Figure 3: Daily number of observed atmospheric profiles in version 1 of the ROM SAF CDR and Interim CDR. Data from four RO satellite missions were included in the data records: CHAMP, GRACE, COSMIC, and Metop. The Interim CDR is presently updated regularly with a lag of about one month.

EUMETSAT's Radio Occultation Meteorology Satellite Application Facility (ROM SAF) provides Climate Data Records (CDRs) and Interim CDRs (ICDRs) of RO data from GPS receivers operated onboard the CHAMP, GRACE, COSMIC, and Metop missions. The data are provided as four single-mission data records, as well as one multi-mission data record (see data record details below in the section Data used). In the free atmosphere, above about 5–6km, these data records have an excellent stability in time that surpasses that of, eg current reanalysis data records (Gleisner et al., 2020).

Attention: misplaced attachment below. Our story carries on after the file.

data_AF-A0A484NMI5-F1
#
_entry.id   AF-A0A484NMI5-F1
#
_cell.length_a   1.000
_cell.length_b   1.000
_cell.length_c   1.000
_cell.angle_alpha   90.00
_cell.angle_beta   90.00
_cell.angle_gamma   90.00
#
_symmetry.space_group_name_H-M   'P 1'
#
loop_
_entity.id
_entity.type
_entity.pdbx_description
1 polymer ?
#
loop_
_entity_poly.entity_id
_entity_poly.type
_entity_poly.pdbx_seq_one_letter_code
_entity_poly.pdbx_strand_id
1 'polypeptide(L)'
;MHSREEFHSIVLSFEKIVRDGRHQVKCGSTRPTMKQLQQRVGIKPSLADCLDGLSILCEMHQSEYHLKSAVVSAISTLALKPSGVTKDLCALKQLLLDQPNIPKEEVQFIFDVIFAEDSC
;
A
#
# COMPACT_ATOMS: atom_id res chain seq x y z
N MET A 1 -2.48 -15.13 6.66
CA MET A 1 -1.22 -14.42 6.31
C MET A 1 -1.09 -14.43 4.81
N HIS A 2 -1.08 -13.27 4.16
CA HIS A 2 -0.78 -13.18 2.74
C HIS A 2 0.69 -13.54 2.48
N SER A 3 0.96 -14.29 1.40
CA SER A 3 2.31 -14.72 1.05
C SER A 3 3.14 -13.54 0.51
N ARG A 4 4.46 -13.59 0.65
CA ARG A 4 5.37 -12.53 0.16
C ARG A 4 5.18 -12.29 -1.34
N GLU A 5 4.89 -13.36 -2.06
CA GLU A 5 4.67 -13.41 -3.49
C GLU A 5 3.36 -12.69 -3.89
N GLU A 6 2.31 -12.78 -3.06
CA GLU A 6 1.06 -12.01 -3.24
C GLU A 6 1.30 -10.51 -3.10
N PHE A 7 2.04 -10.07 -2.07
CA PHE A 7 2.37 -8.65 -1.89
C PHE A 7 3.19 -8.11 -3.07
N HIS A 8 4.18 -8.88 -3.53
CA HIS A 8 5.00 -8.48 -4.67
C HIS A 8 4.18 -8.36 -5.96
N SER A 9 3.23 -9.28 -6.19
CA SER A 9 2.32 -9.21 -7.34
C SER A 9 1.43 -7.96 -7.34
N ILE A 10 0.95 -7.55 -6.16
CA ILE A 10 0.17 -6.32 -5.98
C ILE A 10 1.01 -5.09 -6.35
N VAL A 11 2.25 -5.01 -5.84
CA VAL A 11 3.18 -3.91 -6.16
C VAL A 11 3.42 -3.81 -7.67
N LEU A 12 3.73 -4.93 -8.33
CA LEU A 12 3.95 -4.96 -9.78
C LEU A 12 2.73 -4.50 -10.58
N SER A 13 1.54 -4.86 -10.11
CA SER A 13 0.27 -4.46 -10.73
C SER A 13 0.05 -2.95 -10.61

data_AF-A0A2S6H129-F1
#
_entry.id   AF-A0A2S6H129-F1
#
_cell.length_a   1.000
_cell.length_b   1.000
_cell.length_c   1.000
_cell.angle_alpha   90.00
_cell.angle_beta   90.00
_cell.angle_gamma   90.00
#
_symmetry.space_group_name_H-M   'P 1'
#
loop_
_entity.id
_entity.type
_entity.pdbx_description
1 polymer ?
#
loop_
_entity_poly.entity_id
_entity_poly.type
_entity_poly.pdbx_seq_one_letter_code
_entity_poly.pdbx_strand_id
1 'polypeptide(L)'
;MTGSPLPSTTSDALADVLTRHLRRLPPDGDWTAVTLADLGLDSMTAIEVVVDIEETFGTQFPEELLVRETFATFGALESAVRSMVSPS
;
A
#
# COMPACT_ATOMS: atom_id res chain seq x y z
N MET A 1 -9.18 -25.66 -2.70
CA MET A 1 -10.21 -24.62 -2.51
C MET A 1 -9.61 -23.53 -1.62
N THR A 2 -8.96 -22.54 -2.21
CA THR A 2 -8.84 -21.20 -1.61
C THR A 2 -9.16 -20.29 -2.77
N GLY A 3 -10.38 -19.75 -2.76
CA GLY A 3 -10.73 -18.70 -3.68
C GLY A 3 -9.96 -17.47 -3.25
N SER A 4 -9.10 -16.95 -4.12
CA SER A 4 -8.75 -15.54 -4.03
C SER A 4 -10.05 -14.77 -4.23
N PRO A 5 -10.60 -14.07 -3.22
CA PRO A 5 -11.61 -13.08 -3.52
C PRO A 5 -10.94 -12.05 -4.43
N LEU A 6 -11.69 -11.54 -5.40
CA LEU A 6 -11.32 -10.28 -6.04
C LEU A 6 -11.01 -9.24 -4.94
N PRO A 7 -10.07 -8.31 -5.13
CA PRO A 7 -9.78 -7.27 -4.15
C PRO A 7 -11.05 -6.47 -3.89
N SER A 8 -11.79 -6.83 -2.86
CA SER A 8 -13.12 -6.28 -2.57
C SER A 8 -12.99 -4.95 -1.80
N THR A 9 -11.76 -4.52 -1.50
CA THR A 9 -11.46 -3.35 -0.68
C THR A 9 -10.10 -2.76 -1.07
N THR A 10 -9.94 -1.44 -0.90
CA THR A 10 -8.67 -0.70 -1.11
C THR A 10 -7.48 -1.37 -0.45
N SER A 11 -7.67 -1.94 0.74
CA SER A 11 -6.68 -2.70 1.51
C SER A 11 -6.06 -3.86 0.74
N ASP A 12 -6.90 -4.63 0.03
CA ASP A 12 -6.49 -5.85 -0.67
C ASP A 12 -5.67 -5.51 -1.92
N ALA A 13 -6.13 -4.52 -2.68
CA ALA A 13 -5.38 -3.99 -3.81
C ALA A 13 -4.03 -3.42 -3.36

One factor that needs to be addressed for any satellite-based measurement technique is sampling issues related to the orbits of the satellites. For example, the Metop satellites are placed in sun-synchronous orbits and always pass the equator at the same local time, while other satellites (eg CHAMP, GRACE, COSMIC) slowly drift in local time. As a consequence of the evolution of the observing system, where old satellite missions are gradually replaced by new missions, the local-time coverage may change over time with consequences for observations of, eg the diurnal cycle in the atmosphere. This is handled by a correction for the impacts of sampling errors based on an estimation of those errors. Such sampling-error corrected data are provided as a part the ROM SAF gridded monthly-mean data, and is the preferred choice for studies of climate variability and trends (Gleisner et al., 2020).

Variability and trends in 20 years of atmospheric temperatures